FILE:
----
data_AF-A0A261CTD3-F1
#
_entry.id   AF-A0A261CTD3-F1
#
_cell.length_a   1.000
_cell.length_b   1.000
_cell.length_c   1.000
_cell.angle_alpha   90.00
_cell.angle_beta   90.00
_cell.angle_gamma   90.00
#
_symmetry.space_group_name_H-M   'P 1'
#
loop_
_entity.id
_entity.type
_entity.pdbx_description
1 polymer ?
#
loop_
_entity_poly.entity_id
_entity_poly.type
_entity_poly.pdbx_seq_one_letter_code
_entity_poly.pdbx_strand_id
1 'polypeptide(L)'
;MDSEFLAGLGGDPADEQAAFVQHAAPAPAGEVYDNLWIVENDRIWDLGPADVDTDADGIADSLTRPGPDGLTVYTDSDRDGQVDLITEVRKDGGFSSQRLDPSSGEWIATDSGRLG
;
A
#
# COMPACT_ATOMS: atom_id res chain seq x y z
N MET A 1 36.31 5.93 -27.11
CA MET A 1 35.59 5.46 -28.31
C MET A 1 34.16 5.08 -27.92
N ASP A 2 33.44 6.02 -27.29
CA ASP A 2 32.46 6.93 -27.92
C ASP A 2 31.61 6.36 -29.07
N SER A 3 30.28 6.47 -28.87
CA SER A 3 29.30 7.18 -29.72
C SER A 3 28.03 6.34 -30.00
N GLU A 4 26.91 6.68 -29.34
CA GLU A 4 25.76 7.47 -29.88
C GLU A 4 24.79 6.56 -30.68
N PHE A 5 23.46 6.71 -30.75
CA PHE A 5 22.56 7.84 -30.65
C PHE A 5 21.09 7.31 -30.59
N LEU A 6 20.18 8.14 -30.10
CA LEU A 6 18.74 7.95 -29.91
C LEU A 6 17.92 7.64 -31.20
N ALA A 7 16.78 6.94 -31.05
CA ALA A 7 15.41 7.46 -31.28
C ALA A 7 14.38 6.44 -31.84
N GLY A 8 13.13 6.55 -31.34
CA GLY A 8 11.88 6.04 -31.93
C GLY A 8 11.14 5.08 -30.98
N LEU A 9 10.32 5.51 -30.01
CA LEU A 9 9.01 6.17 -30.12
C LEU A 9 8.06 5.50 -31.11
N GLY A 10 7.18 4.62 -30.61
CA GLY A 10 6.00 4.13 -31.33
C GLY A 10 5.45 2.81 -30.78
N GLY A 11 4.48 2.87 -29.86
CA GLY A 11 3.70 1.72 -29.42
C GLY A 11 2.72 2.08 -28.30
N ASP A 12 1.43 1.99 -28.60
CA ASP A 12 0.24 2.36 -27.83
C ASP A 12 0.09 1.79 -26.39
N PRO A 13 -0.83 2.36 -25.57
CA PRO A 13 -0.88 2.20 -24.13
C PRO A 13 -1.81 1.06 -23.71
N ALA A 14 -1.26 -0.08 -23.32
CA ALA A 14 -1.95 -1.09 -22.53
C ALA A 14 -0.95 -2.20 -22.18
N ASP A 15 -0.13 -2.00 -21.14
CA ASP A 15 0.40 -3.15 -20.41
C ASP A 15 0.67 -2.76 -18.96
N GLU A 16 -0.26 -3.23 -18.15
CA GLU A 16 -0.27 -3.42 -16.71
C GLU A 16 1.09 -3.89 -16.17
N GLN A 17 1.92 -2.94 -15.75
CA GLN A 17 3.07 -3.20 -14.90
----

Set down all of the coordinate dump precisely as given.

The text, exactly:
data_AF-A0A261CTD3-F1
#
_entry.id   AF-A0A261CTD3-F1
#
_cell.length_a   1.000
_cell.length_b   1.000
_cell.length_c   1.000
_cell.angle_alpha   90.00
_cell.angle_beta   90.00
_cell.angle_gamma   90.00
#
_symmetry.space_group_name_H-M   'P 1'
#
loop_
_entity.id
_entity.type
_entity.pdbx_description
1 polymer ?
#
loop_
_entity_poly.entity_id
_entity_poly.type
_entity_poly.pdbx_seq_one_letter_code
_entity_poly.pdbx_strand_id
1 'polypeptide(L)'
;MDSEFLAGLGGDPADEQAAFVQHAAPAPAGEVYDNLWIVENDRIWDLGPADVDTDADGIADSLTRPGPDGLTVYTDSDRDGQVDLITEVRKDGGFSSQRLDPSSGEWIATDSGRLG
;
A
#
# COMPACT_ATOMS: atom_id res chain seq x y z
N MET A 1 36.31 5.93 -27.11
CA MET A 1 35.59 5.46 -28.31
C MET A 1 34.16 5.08 -27.92
N ASP A 2 33.44 6.02 -27.29
CA ASP A 2 32.46 6.93 -27.92
C ASP A 2 31.61 6.36 -29.07
N SER A 3 30.28 6.47 -28.87
CA SER A 3 29.30 7.18 -29.72
C SER A 3 28.03 6.34 -30.00
N GLU A 4 26.91 6.68 -29.34
CA GLU A 4 25.76 7.47 -29.88
C GLU A 4 24.79 6.56 -30.68
N PHE A 5 23.46 6.71 -30.75
CA PHE A 5 22.56 7.84 -30.65
C PHE A 5 21.09 7.31 -30.59
N LEU A 6 20.18 8.14 -30.10
CA LEU A 6 18.74 7.95 -29.91
C LEU A 6 17.92 7.64 -31.20
N ALA A 7 16.78 6.94 -31.05
CA ALA A 7 15.41 7.46 -31.28
C ALA A 7 14.38 6.44 -31.84
N GLY A 8 13.13 6.55 -31.34
CA GLY A 8 11.88 6.04 -31.93
C GLY A 8 11.14 5.08 -30.98
N LEU A 9 10.32 5.51 -30.01
CA LEU A 9 9.01 6.17 -30.12
C LEU A 9 8.06 5.50 -31.11
N GLY A 10 7.18 4.62 -30.61
CA GLY A 10 6.00 4.13 -31.33
C GLY A 10 5.45 2.81 -30.78
N GLY A 11 4.48 2.87 -29.86
CA GLY A 11 3.70 1.72 -29.42
C GLY A 11 2.72 2.08 -28.30
N ASP A 12 1.43 1.99 -28.60
CA ASP A 12 0.24 2.36 -27.83
C ASP A 12 0.09 1.79 -26.39
N PRO A 13 -0.83 2.36 -25.57
CA PRO A 13 -0.88 2.20 -24.13
C PRO A 13 -1.81 1.06 -23.71
N ALA A 14 -1.26 -0.08 -23.32
CA ALA A 14 -1.95 -1.09 -22.53
C ALA A 14 -0.95 -2.20 -22.18
N ASP A 15 -0.13 -2.00 -21.14
CA ASP A 15 0.40 -3.15 -20.41
C ASP A 15 0.67 -2.76 -18.96
N GLU A 16 -0.26 -3.23 -18.15
CA GLU A 16 -0.27 -3.42 -16.71
C GLU A 16 1.09 -3.89 -16.17
N GLN A 17 1.92 -2.94 -15.75
CA GLN A 17 3.07 -3.20 -14.90